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SSM Health president to retire next year

SSM Health president and CEO Bill Thompson.
provided by SSM Health
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The president and CEO of one of St. Louis’ largest health systems will retire next year, after five years in the position.

Creve-Coeur based SSM Health — a  Catholic, nonprofit network of hospitals, clinics and other providers — announced Wednesday that it will begin a national search to hire a replacement for Bill Thompson.

“There’s been a lot of things that have happened in this organization over the past 36 years that I take great pride in, most of which happened not because of me," Thompson said. "But I feel great pride because I was here when they did happen."

Thompson joined SSM 36 years ago as a hospital systems administrator. He moved up the ranks and became the network's president in 2011.

During his tenure, the system followed the rest of the industry by adding several hospitals, clinics and a pharmacy benefit manager to its network, which spans four Midwestern states. The growth has pushed SSM’s revenue to $5.5 billion a year.

“It will give us a better ability to meet all the needs of the people we’re serving,” Thompson said. “The focal point of health care in the future will not be hospitals. It will be physician offices, or care managers. It will be delivering care to the patient in a fashion that the patient wants care delivered.”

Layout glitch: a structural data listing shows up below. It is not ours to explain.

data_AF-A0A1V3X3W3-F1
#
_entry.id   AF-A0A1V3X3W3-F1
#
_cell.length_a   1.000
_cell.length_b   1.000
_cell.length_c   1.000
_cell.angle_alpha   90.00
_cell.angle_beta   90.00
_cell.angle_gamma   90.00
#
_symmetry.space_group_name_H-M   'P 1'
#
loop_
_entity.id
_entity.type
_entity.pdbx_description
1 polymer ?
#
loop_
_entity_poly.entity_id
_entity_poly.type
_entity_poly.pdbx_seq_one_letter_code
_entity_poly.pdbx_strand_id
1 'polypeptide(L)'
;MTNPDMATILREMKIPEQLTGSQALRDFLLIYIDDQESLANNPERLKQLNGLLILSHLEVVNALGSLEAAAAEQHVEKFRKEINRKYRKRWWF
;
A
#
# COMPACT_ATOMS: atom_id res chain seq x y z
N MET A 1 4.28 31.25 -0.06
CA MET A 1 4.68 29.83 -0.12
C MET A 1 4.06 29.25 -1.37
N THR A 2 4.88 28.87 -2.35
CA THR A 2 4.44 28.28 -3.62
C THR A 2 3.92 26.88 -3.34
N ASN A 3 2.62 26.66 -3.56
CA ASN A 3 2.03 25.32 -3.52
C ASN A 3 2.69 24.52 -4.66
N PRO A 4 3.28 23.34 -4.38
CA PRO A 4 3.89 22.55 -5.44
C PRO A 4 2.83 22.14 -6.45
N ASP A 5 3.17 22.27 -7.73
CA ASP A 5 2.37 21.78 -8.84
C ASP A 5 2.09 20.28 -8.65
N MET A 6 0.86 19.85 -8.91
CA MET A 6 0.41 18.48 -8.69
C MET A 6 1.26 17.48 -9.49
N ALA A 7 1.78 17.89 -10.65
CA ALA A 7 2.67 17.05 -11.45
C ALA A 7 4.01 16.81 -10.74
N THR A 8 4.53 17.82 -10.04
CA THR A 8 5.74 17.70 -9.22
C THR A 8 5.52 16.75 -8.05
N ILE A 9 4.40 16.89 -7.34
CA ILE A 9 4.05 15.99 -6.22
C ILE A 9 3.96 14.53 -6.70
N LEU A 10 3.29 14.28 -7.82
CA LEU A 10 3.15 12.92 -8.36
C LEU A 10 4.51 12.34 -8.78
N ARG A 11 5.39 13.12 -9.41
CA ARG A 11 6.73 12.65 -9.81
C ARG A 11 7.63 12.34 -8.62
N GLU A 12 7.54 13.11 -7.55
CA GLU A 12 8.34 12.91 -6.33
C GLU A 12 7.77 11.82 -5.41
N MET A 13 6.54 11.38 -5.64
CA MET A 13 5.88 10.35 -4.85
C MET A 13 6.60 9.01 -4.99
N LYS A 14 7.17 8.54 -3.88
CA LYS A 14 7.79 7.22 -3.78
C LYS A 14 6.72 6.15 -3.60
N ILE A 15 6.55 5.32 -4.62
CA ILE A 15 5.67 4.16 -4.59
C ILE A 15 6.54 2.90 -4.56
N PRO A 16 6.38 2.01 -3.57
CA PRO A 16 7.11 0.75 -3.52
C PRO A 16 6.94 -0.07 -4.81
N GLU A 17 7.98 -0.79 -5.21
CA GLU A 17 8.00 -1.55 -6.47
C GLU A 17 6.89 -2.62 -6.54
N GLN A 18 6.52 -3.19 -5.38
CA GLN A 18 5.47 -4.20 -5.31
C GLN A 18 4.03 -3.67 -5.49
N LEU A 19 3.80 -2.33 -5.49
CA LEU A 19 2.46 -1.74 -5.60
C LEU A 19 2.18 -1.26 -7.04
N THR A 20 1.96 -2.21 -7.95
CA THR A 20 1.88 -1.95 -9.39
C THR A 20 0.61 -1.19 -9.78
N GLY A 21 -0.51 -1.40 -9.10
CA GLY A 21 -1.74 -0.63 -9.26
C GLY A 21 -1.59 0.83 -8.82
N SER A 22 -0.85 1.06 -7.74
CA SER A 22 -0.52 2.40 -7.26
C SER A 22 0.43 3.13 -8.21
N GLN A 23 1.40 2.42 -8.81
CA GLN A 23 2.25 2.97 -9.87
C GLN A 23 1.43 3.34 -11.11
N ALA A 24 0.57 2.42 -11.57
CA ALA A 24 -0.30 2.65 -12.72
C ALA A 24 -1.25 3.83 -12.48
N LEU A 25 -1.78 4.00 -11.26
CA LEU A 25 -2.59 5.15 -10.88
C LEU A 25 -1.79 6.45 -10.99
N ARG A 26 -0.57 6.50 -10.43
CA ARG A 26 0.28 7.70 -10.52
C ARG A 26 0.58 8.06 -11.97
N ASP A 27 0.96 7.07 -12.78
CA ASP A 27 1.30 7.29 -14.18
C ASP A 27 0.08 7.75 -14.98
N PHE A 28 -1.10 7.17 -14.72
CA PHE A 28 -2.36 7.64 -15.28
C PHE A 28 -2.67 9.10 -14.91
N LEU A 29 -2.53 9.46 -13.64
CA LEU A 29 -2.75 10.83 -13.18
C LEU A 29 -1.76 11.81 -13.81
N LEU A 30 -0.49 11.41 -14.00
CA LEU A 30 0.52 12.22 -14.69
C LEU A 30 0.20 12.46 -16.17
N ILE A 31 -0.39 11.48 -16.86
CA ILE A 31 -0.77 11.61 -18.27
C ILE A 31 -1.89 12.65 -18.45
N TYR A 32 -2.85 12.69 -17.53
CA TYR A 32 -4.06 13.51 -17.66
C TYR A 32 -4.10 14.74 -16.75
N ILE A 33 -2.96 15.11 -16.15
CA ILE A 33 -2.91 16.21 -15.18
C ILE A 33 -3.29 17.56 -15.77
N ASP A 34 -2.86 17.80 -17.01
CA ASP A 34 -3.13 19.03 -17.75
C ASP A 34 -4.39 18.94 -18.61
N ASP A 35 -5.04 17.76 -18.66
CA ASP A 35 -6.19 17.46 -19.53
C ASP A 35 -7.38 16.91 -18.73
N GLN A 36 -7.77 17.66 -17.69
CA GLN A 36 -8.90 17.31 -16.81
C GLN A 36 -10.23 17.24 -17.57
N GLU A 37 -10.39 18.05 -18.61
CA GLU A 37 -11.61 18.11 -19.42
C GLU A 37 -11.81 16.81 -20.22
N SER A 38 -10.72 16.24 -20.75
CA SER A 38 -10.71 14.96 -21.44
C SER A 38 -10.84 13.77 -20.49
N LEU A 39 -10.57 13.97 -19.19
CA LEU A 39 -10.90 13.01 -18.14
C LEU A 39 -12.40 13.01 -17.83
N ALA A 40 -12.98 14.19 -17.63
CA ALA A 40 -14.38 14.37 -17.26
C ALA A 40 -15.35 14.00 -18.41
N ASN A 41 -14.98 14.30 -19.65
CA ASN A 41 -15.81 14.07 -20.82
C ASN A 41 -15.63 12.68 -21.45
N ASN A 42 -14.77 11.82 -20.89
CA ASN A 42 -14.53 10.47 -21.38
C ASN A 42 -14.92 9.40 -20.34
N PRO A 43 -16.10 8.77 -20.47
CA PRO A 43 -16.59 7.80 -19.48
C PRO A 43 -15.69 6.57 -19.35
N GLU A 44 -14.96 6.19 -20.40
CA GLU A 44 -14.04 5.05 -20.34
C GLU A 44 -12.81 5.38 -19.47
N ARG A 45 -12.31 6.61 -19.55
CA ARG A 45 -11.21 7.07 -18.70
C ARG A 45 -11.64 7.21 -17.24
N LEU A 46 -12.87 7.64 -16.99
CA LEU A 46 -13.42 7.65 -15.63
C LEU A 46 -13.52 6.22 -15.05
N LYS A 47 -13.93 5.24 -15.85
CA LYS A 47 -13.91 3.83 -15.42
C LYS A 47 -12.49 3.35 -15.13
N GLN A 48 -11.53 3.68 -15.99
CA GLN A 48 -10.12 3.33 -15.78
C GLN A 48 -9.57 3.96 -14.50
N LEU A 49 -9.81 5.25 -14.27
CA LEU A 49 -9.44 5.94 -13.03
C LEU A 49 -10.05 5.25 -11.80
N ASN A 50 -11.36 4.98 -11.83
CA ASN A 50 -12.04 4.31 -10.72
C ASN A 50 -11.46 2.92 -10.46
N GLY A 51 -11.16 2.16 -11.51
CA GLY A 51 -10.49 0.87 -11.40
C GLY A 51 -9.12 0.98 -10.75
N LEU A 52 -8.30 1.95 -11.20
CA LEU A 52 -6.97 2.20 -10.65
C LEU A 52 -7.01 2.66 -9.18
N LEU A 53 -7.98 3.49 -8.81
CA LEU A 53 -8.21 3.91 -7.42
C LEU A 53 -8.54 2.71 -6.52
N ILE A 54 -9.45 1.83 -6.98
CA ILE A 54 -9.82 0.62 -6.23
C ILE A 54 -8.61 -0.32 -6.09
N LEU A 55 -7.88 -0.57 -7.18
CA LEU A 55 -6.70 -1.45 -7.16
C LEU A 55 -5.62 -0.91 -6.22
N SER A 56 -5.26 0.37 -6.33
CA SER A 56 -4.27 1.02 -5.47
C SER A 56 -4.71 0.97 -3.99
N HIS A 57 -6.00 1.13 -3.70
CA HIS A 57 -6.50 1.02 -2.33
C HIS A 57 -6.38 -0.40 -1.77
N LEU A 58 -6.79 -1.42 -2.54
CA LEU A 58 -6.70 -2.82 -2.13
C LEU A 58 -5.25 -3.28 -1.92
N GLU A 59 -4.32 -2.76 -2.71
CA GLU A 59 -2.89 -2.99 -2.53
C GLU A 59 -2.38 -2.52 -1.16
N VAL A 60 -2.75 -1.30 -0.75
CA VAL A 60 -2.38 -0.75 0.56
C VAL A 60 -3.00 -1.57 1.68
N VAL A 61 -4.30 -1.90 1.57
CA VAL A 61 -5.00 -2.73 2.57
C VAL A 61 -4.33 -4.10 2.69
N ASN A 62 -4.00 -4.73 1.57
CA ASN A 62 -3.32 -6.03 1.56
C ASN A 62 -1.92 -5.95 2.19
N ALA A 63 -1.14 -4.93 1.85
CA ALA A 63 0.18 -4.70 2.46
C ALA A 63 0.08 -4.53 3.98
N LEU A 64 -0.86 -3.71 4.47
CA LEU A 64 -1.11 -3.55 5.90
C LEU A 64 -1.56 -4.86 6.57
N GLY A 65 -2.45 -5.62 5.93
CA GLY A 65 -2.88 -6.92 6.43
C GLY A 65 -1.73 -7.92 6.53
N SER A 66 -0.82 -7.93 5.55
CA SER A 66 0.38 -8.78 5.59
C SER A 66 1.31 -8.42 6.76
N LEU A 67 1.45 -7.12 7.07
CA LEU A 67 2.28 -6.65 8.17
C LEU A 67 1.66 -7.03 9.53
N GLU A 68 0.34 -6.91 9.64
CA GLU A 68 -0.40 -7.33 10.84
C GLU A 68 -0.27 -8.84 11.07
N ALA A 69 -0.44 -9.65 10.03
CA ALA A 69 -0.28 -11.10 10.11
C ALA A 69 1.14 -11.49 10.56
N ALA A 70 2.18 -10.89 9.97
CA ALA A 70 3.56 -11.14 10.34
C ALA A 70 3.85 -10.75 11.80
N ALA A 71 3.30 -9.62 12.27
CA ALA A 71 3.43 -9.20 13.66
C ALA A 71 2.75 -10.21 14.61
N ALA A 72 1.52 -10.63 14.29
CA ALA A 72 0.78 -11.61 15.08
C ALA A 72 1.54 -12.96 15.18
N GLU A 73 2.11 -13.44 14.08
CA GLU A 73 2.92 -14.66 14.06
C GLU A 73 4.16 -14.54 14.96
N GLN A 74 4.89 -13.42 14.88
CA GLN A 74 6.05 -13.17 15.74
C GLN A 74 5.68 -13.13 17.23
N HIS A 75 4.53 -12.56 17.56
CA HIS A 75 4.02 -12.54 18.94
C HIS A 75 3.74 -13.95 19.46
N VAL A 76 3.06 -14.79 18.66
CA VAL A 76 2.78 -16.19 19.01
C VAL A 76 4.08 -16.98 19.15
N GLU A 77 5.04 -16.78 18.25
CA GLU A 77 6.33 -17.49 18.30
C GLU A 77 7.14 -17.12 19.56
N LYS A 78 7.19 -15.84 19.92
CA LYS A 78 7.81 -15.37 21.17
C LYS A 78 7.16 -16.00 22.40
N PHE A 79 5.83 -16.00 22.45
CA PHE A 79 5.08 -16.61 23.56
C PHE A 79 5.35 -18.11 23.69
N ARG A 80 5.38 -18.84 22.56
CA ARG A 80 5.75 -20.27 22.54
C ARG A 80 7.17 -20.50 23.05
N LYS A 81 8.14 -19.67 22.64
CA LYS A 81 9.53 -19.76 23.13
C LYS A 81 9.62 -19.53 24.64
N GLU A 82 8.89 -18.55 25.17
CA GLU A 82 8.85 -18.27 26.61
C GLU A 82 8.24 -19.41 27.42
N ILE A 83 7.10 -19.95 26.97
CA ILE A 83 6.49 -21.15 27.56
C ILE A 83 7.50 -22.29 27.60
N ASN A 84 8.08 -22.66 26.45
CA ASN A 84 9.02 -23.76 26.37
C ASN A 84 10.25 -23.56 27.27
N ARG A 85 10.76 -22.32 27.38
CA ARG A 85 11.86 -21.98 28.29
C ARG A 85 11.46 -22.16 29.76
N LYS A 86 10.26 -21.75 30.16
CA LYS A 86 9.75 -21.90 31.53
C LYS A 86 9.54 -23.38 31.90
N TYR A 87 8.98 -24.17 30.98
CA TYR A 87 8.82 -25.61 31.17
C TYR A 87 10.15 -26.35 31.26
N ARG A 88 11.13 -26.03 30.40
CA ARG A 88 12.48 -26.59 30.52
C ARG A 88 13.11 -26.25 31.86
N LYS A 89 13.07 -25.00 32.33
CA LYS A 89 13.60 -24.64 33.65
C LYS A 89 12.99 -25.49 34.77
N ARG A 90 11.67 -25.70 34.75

In 2015, SSM added a major feather to its cap with the acquisition of St. Louis University Hospital, its first academic medical center that serves adult patients. The network has enlisted architects to design a new hospital building and outpatient center, but has not said what it will do with the existing hospital.

Earlier this year, the system was the subject of a St. Louis Post-Dispatch investigation on collection practices. The newspaper reported that a contractor hired by SSM to staff its emergency rooms had sued hundreds of St. Louis-area patients for unpaid medical bills.  

Thompson said addressing that issue will be part of his work over the next year.

“There was a breakdown in the process because the physicians were supposed to follow our charity policy,” he said. “We will make sure that communication and that process is bolstered so we won’t have these kinds of breakdowns in the future.”

Follow Durrie on Twitter: @durrieB

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